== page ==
Life span (kids 3-8yrs)
Last month LeapFrog launched the LeapTV.
The LeapTV is an active video gaming system made for kids aged three to eight years. Anyone who has a gaming system (Wii, Xbox etc) will know that it’s difficult to find suitable games for younger kids, let alone educational ones! The LeapTV makes learning fun with age appropriate gaming and a controller that is specifically designed for little hands with limited dexterity.
It’s easy to set up and use.
Everything you need is in the box and it took me no more than 5 or 10 minutes to have the LeapTV up and running. Once everything is plugged in and ready to go you will need to adjust the motion-sensing camera to the height of your child. The controller is pretty nifty and easy for little hands to use. The controller can be used in two ways, as a classic controller or as a pointer, and it’s really easy to change between the two – see the video below.
The LeapTV console and camera are relatively small and don’t take up heaps of room near the TV. The cost is probably the major concern for most people. The LeapTV will set you back around $229 and you will find it in most major retailers and independent toy stores across Australia. It isn’t a huge amount to pay for a gaming system compared to others on the market but given kids will out grow it, it will have a limited life.
So what about the games.
Currently there are nine games available for the LeapTV however there are only six available on the LeapFrog website. The game cartridges cost $44.99 which is actually pretty good when you consider games for Xbox and Wii etc can be anywhere up to $79.95 (or more!).
The games engage kids in various ways and help them learn at a level appropriate to their age. Something at the core of LeapFrog products is the educational content which is translated into a fun way for kids to learn – it’s uniquely LeapFrog!
The games use body motion, pointer play and classic control. We haven’t had a chance to try out the body motion function, but it is done using the motion-sensing camera which captures your kids moves and puts them into the game! The Dance & Learn game below is an example of the body motion function.
And here is another quality video by my kids 🙂 The first bit of the video below shows how easy is is to turn the controller into a pointer. The second part of the video is a little snippet from a great little LeapTV game we have been road testing – Kart Racing.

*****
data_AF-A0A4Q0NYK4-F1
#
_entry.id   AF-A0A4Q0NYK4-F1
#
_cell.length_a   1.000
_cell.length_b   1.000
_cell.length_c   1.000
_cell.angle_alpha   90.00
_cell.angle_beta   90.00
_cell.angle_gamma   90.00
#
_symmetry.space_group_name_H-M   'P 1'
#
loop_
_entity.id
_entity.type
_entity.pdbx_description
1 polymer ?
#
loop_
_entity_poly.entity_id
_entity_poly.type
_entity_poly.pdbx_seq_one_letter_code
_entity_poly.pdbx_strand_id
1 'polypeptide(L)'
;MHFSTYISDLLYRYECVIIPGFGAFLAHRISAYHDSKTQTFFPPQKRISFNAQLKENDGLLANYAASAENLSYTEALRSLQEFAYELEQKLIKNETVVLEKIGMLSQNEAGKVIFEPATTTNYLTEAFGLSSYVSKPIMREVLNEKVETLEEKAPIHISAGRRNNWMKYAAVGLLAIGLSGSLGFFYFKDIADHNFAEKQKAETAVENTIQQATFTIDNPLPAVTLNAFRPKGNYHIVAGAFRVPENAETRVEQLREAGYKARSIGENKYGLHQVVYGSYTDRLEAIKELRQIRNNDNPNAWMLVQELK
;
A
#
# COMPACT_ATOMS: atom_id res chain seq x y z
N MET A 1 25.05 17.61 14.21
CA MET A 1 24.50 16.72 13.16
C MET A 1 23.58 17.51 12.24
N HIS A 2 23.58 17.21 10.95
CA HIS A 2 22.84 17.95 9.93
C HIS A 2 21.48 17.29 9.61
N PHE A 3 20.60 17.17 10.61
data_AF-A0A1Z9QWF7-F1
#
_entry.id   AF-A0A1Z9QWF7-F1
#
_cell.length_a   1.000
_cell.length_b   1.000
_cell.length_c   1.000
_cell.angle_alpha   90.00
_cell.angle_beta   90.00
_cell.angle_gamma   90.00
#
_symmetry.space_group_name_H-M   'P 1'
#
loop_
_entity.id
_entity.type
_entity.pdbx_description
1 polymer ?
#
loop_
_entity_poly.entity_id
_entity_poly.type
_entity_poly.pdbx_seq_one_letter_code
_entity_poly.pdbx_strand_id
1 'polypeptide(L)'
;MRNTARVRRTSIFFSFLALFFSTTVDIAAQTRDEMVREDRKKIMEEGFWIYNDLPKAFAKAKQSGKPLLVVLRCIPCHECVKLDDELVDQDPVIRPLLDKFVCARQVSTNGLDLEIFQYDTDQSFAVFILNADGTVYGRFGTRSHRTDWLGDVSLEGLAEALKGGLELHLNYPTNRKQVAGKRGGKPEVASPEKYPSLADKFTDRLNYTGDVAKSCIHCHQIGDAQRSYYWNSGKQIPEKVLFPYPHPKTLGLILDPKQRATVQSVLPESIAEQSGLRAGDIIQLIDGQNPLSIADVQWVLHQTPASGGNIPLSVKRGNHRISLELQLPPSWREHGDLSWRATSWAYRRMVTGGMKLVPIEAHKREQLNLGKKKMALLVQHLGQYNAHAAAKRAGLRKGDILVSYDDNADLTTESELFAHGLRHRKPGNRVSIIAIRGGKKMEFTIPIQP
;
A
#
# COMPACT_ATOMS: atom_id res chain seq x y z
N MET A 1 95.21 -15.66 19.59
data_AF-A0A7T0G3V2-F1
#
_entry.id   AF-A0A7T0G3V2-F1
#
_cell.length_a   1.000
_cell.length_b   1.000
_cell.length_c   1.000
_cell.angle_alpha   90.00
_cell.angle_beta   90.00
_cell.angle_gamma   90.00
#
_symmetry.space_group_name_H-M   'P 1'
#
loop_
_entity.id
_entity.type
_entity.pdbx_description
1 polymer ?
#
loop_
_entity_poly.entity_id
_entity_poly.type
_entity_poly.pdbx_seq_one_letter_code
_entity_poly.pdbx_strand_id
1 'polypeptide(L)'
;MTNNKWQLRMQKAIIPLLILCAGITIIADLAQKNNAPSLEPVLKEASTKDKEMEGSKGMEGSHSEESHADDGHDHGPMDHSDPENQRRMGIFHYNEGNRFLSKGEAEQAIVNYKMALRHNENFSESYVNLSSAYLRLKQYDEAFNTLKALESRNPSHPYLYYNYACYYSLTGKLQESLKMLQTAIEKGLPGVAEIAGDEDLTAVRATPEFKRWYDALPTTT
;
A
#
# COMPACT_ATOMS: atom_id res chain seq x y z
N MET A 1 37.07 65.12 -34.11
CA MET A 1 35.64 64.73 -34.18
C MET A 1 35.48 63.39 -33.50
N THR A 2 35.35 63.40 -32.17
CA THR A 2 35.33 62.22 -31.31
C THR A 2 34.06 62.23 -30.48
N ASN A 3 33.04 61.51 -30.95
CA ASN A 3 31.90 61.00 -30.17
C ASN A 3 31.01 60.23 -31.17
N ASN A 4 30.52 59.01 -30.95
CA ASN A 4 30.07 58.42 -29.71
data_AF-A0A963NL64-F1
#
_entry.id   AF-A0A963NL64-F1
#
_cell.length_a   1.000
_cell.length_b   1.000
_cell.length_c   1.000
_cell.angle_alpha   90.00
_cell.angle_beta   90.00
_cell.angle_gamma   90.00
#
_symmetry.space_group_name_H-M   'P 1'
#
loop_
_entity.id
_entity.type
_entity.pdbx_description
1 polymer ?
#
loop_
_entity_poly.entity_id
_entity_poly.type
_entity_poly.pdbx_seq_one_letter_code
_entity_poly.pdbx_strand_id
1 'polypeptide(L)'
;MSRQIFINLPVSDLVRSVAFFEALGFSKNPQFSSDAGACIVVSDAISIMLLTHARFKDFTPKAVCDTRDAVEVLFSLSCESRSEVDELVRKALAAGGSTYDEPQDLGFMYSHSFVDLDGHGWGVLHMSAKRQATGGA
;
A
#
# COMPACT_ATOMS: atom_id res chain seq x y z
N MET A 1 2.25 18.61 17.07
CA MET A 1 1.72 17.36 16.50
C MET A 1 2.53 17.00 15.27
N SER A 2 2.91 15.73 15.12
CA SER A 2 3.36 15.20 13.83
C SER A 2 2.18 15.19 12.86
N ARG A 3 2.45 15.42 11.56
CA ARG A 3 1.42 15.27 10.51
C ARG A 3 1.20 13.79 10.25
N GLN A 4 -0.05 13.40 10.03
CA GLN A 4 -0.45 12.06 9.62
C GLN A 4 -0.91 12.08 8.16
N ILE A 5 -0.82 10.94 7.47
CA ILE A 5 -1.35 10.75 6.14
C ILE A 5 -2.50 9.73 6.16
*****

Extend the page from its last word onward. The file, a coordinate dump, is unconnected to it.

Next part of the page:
Kart Racing is a fun Mathematics game for 5 -8 year olds. To play you need to solve maths problems (addition etc) to earn things for your Kart. For example if you answer 2 + 2 correctly you might be rewarded with shiny paint for your racing kart. Once you have answered enough questions you are reading to race! Check out the video about which has a little snippet of the game.
Little L who is turning five next May struggled a bit with some of the math puzzles but he looooved the racing (of course). Big M (10 years) and Miss J (8 years) also found the racing a lot of fun and they both said it like Mario Kart.
My verdict on the LeapTV is generally positive.
There is no doubt that there has been a massive hole in the market, begging for this kind of gaming system. The LeapTV lives up to the quality and educational content you have come to expect from LeapFrog. The price, although at first may seem expensive, is less than other gaming systems on the market. My only issue is the limited life of the system which is suitable for kids 3 – 8 years. But this may be a non-issue as LeapFrog bring out more software titles for the LeapTV which may encompass a wider age group.
Also, if you are thinking about popping this under the Christmas Tree for someone this year you may want to include a game or two as well. The LeapTV does come with’Pet Play’ (which Little L loves by the way!) but on a hectic Christmas Day you might want a back up game or two 🙂
If you have kids around the 4-5 year age group I would highly recommend the LeapTV.
Visit www.leapfrog.com/en-au/products/leaptv to find out more about the LeapTV.
Disclaimer: I received a LeapTV and the Kart Racing game to facilitate this review. Any opinions expressed in this post are my own.